The trial of Beninese opposition figure Joel Aïvo, arrested in mid-April following the presidential election in which he was not allowed to stand, opened on Thursday in Porto-Novo.
The 47-year-old law professor is on trial before the Court of Repression of Economic Offenses and Terrorism (Criet) for “security breaches” and “money laundering”.
He was arrested on April 15 in Porto-Novo, the day after the announcement of the re-election of President Patrice Talon with more than 86% of votes, and was then charged and imprisoned.
On Thursday morning, the academic, dressed in a black suit and white shirt and escorted by two police officers, appeared before the Criet.
According to his lawyers, “all guarantees of a fair trial and the rights of the defense have been systematically flouted” since the beginning of the proceedings.
The Criet, established in 2016 by the government, is accused by its critics of serving as a judicial tool to muzzle the opposition.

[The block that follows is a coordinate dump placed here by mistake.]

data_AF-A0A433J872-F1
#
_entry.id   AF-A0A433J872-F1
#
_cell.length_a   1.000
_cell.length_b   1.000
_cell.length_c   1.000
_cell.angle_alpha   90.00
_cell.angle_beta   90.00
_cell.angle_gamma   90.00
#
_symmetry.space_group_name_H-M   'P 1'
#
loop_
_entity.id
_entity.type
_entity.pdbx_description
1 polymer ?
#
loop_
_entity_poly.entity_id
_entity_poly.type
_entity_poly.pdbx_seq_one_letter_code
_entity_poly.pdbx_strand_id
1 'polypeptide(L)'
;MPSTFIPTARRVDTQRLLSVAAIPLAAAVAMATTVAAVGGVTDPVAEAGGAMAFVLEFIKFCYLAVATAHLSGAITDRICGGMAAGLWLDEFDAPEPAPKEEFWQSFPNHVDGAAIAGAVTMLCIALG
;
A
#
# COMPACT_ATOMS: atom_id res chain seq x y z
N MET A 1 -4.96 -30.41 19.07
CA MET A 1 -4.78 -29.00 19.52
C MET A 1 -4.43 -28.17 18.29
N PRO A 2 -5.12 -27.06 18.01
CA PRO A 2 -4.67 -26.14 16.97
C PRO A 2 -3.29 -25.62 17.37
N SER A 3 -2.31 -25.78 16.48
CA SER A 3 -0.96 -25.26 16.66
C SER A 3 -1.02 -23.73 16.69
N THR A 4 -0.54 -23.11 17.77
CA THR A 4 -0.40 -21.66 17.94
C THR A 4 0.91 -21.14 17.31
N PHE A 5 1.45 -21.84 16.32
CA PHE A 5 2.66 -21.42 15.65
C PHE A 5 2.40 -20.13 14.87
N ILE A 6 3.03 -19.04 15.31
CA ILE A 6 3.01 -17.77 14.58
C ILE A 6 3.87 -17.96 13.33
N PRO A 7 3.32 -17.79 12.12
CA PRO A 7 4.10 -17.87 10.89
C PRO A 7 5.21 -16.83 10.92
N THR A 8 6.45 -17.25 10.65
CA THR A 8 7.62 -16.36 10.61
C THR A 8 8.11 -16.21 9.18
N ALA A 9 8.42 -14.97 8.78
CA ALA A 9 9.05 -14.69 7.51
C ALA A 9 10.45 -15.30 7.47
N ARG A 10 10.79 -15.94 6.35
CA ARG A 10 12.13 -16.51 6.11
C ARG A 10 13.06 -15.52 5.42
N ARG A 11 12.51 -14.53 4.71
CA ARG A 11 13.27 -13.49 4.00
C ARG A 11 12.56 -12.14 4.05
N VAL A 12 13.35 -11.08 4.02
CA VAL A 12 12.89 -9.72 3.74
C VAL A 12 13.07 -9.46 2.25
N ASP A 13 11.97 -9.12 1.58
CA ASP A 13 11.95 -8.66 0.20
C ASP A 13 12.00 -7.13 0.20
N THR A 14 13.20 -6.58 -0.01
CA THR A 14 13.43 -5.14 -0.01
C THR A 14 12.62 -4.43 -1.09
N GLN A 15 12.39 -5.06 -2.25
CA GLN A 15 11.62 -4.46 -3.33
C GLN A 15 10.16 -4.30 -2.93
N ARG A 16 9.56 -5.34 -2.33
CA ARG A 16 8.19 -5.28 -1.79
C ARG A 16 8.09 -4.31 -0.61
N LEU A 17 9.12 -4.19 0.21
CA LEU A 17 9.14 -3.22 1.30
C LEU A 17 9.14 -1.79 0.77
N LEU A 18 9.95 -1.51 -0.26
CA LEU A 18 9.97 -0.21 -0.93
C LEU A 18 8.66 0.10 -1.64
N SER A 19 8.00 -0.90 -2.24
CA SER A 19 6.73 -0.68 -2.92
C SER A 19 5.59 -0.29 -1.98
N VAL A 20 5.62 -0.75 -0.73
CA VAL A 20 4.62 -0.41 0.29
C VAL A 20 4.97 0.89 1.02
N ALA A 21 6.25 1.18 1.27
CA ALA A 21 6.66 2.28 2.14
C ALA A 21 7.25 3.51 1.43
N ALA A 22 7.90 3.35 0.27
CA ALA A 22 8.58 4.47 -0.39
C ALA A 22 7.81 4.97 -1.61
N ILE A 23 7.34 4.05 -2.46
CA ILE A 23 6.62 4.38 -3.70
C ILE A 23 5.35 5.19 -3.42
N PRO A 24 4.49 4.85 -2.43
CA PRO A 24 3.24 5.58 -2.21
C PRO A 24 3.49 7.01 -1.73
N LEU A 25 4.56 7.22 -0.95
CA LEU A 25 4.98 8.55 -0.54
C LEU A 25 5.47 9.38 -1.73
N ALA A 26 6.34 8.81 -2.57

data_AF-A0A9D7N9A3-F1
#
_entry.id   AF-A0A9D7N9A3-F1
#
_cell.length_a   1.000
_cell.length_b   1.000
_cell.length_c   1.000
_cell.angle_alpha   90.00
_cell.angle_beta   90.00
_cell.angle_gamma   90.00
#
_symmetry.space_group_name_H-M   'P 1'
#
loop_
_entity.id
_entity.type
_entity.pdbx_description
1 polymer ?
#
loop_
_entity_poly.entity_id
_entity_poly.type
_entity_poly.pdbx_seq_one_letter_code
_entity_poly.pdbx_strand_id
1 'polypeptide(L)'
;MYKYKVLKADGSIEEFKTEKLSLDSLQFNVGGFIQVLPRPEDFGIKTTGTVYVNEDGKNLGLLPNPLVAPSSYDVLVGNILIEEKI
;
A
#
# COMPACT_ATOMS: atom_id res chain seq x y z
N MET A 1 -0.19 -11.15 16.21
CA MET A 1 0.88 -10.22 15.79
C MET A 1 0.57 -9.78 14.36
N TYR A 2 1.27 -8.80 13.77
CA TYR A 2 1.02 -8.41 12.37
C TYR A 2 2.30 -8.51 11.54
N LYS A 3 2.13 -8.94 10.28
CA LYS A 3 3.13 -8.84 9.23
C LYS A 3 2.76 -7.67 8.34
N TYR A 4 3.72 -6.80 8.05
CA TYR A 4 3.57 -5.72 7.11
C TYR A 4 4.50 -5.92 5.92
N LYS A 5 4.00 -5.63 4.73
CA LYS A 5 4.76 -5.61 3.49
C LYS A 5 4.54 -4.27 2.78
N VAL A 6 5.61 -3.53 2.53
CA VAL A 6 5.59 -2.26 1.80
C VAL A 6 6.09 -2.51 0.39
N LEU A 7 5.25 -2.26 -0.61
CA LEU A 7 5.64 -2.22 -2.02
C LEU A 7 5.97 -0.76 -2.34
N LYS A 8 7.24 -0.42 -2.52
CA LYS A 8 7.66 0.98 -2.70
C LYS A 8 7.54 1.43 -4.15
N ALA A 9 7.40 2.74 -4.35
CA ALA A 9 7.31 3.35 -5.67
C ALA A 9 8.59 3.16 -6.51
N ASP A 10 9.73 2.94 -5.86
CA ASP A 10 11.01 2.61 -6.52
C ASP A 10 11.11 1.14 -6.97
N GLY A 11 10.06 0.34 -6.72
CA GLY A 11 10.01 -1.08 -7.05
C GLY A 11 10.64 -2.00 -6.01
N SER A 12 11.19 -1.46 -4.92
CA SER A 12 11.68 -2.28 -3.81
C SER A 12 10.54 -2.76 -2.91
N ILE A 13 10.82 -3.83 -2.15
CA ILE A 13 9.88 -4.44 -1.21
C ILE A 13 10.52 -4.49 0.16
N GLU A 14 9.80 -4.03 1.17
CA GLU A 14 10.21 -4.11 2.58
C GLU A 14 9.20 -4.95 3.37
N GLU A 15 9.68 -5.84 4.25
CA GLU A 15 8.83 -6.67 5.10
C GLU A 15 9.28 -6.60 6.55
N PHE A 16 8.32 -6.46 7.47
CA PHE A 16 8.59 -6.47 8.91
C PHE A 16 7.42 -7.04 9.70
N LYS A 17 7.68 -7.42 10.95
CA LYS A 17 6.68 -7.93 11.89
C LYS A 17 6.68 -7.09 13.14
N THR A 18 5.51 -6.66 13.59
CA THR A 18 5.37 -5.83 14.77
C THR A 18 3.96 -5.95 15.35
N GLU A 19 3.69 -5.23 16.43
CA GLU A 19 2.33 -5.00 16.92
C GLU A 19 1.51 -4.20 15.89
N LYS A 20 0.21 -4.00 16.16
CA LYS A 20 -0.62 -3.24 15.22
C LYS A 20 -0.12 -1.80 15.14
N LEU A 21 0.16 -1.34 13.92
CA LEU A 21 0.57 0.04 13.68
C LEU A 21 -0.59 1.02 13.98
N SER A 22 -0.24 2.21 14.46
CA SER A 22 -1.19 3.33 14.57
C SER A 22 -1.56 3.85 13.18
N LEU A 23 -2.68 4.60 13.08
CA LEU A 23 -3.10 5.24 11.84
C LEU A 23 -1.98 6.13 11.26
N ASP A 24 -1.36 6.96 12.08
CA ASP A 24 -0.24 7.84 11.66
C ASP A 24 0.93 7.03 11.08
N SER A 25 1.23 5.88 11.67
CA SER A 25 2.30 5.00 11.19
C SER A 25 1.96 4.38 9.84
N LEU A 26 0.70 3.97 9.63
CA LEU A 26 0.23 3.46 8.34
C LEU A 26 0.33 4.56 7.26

It is the same court that is in charge of trying Reckya Madougou, another prominent opposition figure arrested a few weeks before the election.
The Public Prosecutor’s Office has asked the Court to declare itself incompetent, a request that has aroused the disapproval of the lawyers. The Court will give its answer on August 5.
Grievances abounded: why present a defendant who was supposed to be tried in flagrante delicto, three months after his arrest, when the law prescribes 72 hours? Mr. Bonou told the Public Prosecutor: “It’s extraordinary”, then concluded: “Free Joël Aïvo. He is a pilgrim of peace, a brilliant academic, of great reputation. He has no business being there.